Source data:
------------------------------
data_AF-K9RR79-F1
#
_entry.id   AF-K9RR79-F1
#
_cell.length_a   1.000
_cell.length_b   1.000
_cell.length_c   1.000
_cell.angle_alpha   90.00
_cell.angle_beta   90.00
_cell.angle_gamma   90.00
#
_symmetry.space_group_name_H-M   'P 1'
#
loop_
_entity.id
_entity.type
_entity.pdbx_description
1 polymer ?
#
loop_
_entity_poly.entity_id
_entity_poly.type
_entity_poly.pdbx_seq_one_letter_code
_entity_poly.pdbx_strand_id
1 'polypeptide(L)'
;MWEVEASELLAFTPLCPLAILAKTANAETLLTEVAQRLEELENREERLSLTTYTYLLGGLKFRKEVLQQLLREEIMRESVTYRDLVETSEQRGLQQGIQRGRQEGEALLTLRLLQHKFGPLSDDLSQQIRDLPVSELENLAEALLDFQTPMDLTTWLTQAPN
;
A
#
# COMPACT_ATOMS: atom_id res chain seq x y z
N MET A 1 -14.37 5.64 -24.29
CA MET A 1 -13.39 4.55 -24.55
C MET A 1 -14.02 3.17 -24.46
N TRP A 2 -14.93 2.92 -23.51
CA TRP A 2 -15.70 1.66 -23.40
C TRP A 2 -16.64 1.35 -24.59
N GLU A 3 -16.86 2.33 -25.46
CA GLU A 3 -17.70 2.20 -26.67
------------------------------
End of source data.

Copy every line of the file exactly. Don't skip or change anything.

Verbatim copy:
data_AF-K9RR79-F1
#
_entry.id   AF-K9RR79-F1
#
_cell.length_a   1.000
_cell.length_b   1.000
_cell.length_c   1.000
_cell.angle_alpha   90.00
_cell.angle_beta   90.00
_cell.angle_gamma   90.00
#
_symmetry.space_group_name_H-M   'P 1'
#
loop_
_entity.id
_entity.type
_entity.pdbx_description
1 polymer ?
#
loop_
_entity_poly.entity_id
_entity_poly.type
_entity_poly.pdbx_seq_one_letter_code
_entity_poly.pdbx_strand_id
1 'polypeptide(L)'
;MWEVEASELLAFTPLCPLAILAKTANAETLLTEVAQRLEELENREERLSLTTYTYLLGGLKFRKEVLQQLLREEIMRESVTYRDLVETSEQRGLQQGIQRGRQEGEALLTLRLLQHKFGPLSDDLSQQIRDLPVSELENLAEALLDFQTPMDLTTWLTQAPN
;
A
#
# COMPACT_ATOMS: atom_id res chain seq x y z
N MET A 1 -14.37 5.64 -24.29
CA MET A 1 -13.39 4.55 -24.55
C MET A 1 -14.02 3.17 -24.46
N TRP A 2 -14.93 2.92 -23.51
CA TRP A 2 -15.70 1.66 -23.40
C TRP A 2 -16.64 1.35 -24.59
N GLU A 3 -16.86 2.33 -25.46
CA GLU A 3 -17.70 2.20 -26.67